Illustration for article titled Tis the Season of Spending

Nov. 28, 2008—In a recent Kmart commercial, a man asks, "Didn't we just carve pumpkins?" as his wife happily rushes off to get a jump on her holiday shopping. The spot, which started airing before Halloween, makes light of the fact that enticements to holiday spending seem to start earlier each year. Retailers are scrambling to make the best of a sour economy, wooing consumers with glossy gift guides and promotions like layaway.


But if throwing away money on baubles, bags and gifts your loved ones don't need or already have is not giving you that same old jolt of joy this year, here are some alternatives to your typical holiday-induced shopping binge.

Give now

Do your part to help those who are hungry and needy. A 2007 Census survey reported 13 percent of Americans living in poverty, with blacks nearly double that at 24.7 percent. And that was before the current economic meltdown. While the change you drop in the Salvation Army bucket is appreciated, there are a number of other ways you can help those in need. There are several organizations that work to clothe, feed and house people who could use your help this year.


Through its network of 63,000 local charities, hunger-relief organization Feeding America assists 25 million people each year. The organization provides a food bank locator on its Web site to help donors and volunteers find food banks close to their homes. Toys for Tots, now in its 61st year, distributes toys to millions of needy children across the country each year.

In lieu of a monetary donation, you can volunteer at a youth center or retirement home, or with any organization that caters to an issue you're passionate about. And why not make it a family affair? Organize a volunteer outing with relatives to provide meals or winter essentials to those in need, or find a way for your children to deliver gifts to kids their age who are less fortunate than they are. It's a meaningful twist on the family gift swap.

Give later

Pay it forward. People dig into their pockets to help others at the tail end of the year, but the need does not disappear when the Christmas tree is thrown out and the ornaments are packed away. Many charitable groups see a sharp decline in donations after the holidays, and warm months can be lean times.


Groups like United Way raise much of their program funding during the holidays, then stretch those dollars throughout the year. Food pantry stocks dwindle in the summer months, and already-struggling families who turn to them have a bigger burden when kids are no longer in school receiving free or reduced-price meals.

So set aside some money, goods or time for spring or summer giving. You can even set a personal pledge—a small amount you'll set aside each month between now and, say, May, for a mid-year donation. Local charities and branches of national ones hold fundraising events near you throughout the year, and of course, donations are accepted year-round. If you want to donate time, Volunteer Match can find places for you to volunteer based on your skills and interests.


Pay down debt

America's holiday season is notoriously consumer-driven. The ads may change, but the theme is universal: "Buy this." The problem with the buy-now-pay-later culture is that we often don't have it later. The glut of spending on Black Friday and beyond merely adds to the credit-card debt many consumers carry. And with job market unstable, big credit card debt is even more dangerous. Because of the current economic crisis, many consumers have already opted for cash purchases rather than relying on credit.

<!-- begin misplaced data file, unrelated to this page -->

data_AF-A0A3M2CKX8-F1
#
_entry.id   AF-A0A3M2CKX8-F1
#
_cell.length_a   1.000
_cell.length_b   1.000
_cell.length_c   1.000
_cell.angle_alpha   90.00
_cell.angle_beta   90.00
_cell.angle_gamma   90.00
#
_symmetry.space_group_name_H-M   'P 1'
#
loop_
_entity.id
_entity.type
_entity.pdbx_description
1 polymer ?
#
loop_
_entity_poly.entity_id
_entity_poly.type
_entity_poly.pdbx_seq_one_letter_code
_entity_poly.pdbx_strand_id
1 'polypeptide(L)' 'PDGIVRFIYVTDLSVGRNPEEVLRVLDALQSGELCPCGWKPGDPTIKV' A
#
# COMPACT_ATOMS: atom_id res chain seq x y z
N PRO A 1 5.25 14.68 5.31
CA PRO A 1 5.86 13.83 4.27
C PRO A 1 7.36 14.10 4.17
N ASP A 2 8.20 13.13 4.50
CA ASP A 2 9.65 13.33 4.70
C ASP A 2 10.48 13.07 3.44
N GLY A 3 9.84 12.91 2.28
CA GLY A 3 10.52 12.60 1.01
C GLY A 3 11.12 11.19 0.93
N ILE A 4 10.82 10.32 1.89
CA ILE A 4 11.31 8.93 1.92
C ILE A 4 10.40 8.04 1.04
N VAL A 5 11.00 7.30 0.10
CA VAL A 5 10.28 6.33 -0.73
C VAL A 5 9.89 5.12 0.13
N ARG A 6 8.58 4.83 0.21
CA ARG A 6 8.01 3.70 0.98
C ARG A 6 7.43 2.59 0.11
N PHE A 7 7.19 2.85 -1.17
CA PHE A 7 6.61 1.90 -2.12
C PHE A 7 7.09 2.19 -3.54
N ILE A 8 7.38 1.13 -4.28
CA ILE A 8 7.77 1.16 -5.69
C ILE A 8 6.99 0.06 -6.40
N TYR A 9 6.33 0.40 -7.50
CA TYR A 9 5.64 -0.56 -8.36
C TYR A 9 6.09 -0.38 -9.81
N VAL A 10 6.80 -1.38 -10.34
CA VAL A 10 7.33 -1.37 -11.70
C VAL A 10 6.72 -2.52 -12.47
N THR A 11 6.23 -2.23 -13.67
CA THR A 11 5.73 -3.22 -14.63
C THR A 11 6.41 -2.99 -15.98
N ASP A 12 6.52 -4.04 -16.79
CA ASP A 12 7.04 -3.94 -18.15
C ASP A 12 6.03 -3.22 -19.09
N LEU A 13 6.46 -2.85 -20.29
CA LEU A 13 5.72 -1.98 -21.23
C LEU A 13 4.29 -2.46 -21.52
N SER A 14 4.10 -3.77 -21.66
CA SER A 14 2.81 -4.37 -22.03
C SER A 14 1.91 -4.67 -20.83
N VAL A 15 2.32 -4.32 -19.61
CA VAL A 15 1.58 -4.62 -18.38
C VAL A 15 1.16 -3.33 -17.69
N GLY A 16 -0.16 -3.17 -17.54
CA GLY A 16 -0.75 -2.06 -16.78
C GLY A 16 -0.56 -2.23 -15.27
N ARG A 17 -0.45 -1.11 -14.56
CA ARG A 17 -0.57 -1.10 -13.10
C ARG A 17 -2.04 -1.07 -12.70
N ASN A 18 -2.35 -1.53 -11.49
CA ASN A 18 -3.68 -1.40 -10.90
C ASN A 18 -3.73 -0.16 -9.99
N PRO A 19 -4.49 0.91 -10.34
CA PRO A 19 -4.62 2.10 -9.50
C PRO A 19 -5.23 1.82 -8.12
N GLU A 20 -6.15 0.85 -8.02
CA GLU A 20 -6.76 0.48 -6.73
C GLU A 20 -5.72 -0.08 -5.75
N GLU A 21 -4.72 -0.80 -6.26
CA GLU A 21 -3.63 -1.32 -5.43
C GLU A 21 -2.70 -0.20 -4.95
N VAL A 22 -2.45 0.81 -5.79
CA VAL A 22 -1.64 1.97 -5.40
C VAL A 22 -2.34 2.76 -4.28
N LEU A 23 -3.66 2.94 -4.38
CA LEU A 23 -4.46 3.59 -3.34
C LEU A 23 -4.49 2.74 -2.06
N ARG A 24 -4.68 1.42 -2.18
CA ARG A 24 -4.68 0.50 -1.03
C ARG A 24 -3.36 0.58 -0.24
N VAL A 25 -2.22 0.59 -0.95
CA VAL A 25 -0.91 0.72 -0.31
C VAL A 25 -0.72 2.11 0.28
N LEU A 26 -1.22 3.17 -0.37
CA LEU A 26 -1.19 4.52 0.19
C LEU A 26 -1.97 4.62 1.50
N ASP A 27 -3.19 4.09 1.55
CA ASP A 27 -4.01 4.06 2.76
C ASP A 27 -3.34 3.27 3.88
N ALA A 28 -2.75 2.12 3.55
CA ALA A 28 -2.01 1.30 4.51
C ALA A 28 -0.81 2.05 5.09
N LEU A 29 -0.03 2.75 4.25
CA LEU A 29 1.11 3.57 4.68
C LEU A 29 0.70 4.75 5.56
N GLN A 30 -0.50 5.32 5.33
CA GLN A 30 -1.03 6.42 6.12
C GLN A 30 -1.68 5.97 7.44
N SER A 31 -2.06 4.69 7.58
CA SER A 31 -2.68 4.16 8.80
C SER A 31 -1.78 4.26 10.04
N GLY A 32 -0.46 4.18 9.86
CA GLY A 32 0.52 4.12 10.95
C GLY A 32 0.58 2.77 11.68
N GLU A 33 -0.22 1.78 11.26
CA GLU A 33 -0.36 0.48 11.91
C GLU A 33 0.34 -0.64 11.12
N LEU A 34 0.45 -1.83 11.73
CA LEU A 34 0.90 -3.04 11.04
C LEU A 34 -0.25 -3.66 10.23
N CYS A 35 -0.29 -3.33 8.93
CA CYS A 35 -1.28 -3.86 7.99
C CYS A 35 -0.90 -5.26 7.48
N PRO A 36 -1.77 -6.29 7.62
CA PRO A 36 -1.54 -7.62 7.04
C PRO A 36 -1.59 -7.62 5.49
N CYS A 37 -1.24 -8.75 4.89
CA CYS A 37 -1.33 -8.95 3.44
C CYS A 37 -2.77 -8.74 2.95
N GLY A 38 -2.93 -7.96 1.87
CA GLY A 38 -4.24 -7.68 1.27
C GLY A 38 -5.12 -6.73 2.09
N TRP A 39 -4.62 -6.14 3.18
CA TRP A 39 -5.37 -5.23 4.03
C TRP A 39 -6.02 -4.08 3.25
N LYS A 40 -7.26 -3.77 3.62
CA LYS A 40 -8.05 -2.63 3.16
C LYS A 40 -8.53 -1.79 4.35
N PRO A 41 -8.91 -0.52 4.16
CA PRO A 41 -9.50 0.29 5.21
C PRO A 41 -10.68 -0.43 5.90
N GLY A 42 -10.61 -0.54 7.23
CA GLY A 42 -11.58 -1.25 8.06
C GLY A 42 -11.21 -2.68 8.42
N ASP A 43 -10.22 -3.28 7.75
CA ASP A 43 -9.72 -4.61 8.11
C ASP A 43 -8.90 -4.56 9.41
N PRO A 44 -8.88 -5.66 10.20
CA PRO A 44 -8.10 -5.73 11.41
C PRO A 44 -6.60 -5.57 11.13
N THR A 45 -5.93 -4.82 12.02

But, if you're still willing to take the plastic route, don't just pay the minimum balance this month; give yourself a gift by paying down on the total amount of purchases made. You'll feel thankful come January. The Federal Reserve Board offers tips on choosing credit cards, and the FDIC has information on saving money when using them and finding help when you're overwhelmed by credit card debt.

Get crafty

The adage says it's the thought that counts, but getting someone exactly what they asked for can feel like more of an obligation than a meaningful gesture. This doesn't mean you should break out the glue sticks and glitter to make presents for your loved ones. It means finding cheaper and (ideally) more heartfelt alternatives.


Take the box of loose photos sitting in your grandmother's closet and arrange them in an album. Pay a visit to the irksome uncle everyone tries to avoid at family gatherings. Make sure the season is about more than wish lists.

Delay gratification

You're probably tempted to pick up a little something for yourself after spending hours trudging through the mall for other people's gifts. But give it some time, and you may find that those black leather Nine West boots you've just gotta have aren't actually a necessity.


If you absolutely can't resist, wait until after the holidays when they'll likely be on sale. Knowing you paid less is always a good feeling, and January brings Black Friday-like deals without the 5 a.m. start time or frantic people shoving each other in the ribs to get at the last $8 blender.

Also on The Root:

Natalie McNeal is on the 30-day plan; Terence Samuel is stuffed.

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